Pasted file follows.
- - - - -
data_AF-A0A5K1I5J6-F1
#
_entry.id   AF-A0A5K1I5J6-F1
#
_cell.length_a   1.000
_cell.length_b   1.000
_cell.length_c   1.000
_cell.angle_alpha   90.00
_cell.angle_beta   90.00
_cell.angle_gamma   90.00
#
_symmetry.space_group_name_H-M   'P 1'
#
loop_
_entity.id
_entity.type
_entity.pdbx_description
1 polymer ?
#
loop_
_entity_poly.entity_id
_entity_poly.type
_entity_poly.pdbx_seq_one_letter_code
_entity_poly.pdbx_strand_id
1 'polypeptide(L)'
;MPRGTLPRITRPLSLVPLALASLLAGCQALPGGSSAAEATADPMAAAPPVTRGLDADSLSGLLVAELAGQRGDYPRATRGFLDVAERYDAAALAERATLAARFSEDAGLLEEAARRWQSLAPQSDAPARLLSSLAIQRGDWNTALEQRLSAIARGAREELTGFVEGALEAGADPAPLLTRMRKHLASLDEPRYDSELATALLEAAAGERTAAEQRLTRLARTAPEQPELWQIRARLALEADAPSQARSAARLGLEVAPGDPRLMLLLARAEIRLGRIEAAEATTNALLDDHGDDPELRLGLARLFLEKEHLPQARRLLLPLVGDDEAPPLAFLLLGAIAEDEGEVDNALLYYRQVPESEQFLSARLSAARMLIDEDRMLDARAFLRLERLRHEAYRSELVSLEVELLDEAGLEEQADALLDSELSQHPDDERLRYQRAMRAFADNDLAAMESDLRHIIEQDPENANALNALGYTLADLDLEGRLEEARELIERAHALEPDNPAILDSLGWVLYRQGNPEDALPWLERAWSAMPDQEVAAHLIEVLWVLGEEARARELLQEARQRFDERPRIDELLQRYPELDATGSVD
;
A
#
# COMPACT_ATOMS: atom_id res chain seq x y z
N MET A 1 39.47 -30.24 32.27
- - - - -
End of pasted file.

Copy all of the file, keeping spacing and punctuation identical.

data_AF-A0A5K1I5J6-F1
#
_entry.id   AF-A0A5K1I5J6-F1
#
_cell.length_a   1.000
_cell.length_b   1.000
_cell.length_c   1.000
_cell.angle_alpha   90.00
_cell.angle_beta   90.00
_cell.angle_gamma   90.00
#
_symmetry.space_group_name_H-M   'P 1'
#
loop_
_entity.id
_entity.type
_entity.pdbx_description
1 polymer ?
#
loop_
_entity_poly.entity_id
_entity_poly.type
_entity_poly.pdbx_seq_one_letter_code
_entity_poly.pdbx_strand_id
1 'polypeptide(L)'
;MPRGTLPRITRPLSLVPLALASLLAGCQALPGGSSAAEATADPMAAAPPVTRGLDADSLSGLLVAELAGQRGDYPRATRGFLDVAERYDAAALAERATLAARFSEDAGLLEEAARRWQSLAPQSDAPARLLSSLAIQRGDWNTALEQRLSAIARGAREELTGFVEGALEAGADPAPLLTRMRKHLASLDEPRYDSELATALLEAAAGERTAAEQRLTRLARTAPEQPELWQIRARLALEADAPSQARSAARLGLEVAPGDPRLMLLLARAEIRLGRIEAAEATTNALLDDHGDDPELRLGLARLFLEKEHLPQARRLLLPLVGDDEAPPLAFLLLGAIAEDEGEVDNALLYYRQVPESEQFLSARLSAARMLIDEDRMLDARAFLRLERLRHEAYRSELVSLEVELLDEAGLEEQADALLDSELSQHPDDERLRYQRAMRAFADNDLAAMESDLRHIIEQDPENANALNALGYTLADLDLEGRLEEARELIERAHALEPDNPAILDSLGWVLYRQGNPEDALPWLERAWSAMPDQEVAAHLIEVLWVLGEEARARELLQEARQRFDERPRIDELLQRYPELDATGSVD
;
A
#
# COMPACT_ATOMS: atom_id res chain seq x y z
N MET A 1 39.47 -30.24 32.27